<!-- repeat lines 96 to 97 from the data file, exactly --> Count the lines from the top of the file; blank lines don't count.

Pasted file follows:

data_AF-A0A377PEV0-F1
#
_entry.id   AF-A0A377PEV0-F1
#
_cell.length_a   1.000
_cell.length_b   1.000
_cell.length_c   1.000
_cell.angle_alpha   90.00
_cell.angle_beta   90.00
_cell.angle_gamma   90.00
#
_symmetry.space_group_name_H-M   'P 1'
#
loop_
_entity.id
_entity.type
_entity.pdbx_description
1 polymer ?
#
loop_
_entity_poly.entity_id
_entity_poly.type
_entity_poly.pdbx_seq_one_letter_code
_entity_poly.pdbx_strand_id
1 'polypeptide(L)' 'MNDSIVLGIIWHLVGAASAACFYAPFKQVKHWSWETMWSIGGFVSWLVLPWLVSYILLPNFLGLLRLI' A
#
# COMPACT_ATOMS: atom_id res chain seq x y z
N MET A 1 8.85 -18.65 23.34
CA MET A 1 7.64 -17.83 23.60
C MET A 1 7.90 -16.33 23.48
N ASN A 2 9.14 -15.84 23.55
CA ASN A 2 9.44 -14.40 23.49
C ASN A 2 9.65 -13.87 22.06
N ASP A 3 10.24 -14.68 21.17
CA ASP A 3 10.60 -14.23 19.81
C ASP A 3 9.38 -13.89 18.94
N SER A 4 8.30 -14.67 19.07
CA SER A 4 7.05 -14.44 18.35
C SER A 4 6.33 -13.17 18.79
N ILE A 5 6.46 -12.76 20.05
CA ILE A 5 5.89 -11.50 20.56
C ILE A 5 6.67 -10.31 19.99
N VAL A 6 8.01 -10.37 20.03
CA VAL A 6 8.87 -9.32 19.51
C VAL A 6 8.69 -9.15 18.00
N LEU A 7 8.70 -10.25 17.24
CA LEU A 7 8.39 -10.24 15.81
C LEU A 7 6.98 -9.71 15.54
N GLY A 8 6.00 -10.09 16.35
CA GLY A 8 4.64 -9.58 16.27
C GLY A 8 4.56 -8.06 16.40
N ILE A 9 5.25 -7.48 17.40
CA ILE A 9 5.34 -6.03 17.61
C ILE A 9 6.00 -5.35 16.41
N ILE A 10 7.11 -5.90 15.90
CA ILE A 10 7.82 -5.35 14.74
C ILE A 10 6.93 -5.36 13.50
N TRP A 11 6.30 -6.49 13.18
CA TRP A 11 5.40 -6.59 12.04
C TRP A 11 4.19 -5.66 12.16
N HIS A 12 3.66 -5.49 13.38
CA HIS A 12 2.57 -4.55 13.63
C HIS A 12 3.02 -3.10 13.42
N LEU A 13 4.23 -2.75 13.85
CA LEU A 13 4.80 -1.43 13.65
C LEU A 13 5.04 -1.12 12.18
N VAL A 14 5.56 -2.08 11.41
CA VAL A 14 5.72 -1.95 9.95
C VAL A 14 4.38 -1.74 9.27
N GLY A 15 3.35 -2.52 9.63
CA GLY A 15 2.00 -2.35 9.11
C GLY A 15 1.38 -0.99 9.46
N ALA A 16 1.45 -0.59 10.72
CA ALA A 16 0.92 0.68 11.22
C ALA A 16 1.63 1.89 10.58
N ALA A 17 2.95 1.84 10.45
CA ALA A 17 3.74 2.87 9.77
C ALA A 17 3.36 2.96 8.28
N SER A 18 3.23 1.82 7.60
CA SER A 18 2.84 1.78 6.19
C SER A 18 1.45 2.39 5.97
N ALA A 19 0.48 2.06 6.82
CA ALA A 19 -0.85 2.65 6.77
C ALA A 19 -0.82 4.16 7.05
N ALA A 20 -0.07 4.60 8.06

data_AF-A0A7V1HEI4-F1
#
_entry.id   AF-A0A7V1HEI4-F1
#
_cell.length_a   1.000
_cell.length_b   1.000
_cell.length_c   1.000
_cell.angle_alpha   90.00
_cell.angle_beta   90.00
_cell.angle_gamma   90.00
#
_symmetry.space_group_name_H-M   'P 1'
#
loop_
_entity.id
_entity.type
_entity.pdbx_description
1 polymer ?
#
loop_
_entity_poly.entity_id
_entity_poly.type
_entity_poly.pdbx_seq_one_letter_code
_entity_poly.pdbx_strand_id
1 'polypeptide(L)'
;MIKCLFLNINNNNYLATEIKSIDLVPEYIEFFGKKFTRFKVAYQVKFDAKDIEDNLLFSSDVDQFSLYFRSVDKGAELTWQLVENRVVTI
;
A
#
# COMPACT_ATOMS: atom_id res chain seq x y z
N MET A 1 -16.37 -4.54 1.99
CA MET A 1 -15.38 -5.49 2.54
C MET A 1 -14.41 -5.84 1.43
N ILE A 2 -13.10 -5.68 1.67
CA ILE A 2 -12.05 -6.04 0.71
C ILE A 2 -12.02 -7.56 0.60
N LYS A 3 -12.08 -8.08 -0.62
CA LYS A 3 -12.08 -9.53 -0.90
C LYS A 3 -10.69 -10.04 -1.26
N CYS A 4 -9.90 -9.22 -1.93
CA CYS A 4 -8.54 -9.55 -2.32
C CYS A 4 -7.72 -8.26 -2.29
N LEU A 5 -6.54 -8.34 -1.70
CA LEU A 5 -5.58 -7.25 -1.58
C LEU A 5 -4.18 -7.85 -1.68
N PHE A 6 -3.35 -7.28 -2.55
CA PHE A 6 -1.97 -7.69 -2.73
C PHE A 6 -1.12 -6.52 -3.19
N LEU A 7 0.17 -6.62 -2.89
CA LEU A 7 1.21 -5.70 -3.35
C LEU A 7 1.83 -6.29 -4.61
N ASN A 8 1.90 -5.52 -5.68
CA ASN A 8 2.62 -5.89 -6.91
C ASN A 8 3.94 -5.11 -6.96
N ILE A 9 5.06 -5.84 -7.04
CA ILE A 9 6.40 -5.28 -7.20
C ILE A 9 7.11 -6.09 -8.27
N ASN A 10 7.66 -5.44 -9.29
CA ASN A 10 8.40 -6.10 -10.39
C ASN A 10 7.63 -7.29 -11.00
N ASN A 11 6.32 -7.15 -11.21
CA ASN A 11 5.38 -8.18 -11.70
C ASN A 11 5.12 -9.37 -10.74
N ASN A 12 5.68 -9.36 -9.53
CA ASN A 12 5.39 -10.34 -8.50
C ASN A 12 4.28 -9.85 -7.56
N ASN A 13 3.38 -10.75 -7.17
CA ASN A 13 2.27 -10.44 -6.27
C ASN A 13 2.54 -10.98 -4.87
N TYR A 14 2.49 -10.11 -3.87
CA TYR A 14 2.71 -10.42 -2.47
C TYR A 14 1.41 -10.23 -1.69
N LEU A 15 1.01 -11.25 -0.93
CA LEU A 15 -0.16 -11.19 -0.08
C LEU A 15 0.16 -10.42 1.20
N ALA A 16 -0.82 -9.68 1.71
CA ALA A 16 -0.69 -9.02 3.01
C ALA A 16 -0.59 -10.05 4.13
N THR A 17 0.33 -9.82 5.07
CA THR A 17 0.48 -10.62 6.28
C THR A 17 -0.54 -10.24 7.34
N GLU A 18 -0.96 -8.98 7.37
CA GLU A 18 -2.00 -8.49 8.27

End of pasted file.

#
_symmetry.space_group_name_H-M   'P 1'